Plant profile: Moccasin Bend Environmental Campus

April 3, 2023
The Chattanooga facility has incorporated solar energy into its operations to defray energy costs and bolster resiliency.

In 1969, CBS television news anchor Walter Cronkite declared Chattanooga the “Dirtiest City in America,” due to the environmental impacts from local industry.

Now, Chattanooga serves as a role model for other municipalities, having recently received a U.S. Department of Energy (DOE) Energy Efficiency Leadership Award for projects at its Moccasin Bend Environmental Campus (MBEC). These projects have yielded successful energy, water and cost savings measures for MBEC.

Chattanooga had joined the DOE Better Buildings Challenge in 2015 and subsequently reduced its energy usage by 23%, from a 2013 baseline of 541,748,000 kBTUs, in just four years, meeting its goal six years ahead of schedule, according to DOE.

Mark Heinzer, P.E., LEED AP, CPESC, CPMSM, is an interim administrator for the City of Chattanooga’s wastewater department. Heinzer noted that the regional wastewater treatment plant — owned and operated by the City of Chattanooga since  1961 — has nine regional customers outside of Chattanooga city limits feeding into the collection system. The facility provides wastewater treatment in a 500 square mile collection area to more than 400,000 residents.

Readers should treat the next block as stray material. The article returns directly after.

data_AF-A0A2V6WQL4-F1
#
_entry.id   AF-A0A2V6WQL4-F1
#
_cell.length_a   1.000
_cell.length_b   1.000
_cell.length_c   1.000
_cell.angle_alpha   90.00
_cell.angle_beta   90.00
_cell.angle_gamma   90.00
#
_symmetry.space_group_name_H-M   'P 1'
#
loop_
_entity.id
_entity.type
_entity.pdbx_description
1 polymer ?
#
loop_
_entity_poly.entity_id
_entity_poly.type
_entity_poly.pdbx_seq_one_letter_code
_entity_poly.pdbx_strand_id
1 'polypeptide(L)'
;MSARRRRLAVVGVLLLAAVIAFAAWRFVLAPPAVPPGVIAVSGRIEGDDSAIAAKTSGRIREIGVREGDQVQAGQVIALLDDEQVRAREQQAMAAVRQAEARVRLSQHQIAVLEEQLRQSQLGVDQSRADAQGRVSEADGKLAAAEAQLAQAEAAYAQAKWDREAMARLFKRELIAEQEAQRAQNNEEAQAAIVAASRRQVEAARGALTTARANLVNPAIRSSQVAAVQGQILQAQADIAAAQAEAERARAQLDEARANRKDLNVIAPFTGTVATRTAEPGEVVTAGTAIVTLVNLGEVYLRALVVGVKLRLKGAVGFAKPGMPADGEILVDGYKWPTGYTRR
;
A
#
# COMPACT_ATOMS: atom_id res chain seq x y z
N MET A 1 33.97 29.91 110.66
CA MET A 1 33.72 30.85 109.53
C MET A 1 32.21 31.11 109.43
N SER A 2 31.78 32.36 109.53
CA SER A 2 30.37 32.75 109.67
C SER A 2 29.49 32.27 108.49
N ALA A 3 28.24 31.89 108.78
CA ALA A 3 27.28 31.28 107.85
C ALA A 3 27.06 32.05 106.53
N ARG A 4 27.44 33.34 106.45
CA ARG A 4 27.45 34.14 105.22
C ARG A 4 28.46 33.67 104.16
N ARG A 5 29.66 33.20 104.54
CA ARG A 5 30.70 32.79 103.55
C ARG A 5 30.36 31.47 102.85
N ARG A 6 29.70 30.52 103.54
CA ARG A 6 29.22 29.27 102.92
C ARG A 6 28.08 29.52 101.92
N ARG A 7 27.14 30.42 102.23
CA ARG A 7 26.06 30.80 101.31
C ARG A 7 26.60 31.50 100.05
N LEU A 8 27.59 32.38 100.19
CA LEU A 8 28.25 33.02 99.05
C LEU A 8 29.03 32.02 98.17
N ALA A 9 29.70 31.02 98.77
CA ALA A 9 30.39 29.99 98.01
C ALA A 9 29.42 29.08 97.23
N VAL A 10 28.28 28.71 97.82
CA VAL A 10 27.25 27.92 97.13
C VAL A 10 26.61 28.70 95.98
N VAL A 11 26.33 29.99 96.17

The system also encompasses a combined wastewater collection area in a four-square mile part of the downtown Chattanooga.

“Chattanooga being an older city, we also have our share of I&I in the collection system,” Heinzer said. “During a rain event, our peak capacity at the wastewater treatment plant is 230 million gallons daily (MGD).

“On a typical dry weather day, we might get 40 MGD. We get 100 days of rain a year. Depending on different levels, it can jump up to 230 MGD. It averages around 70 MGD throughout the year.”

The operation consists of an activated sludge plant that includes primary clarification. 

“We have a pure oxygen UNOX system, secondary clarification, and chlorine disinfection at the back end,” Heinzer said, adding there is also a wet weather treatment train to accommodate the significant flow variation. “We got primary and then disinfection on the wet weather side that will then mix in with the full treated side before it exits the plant. Sampling happens after that,” Heinzer said.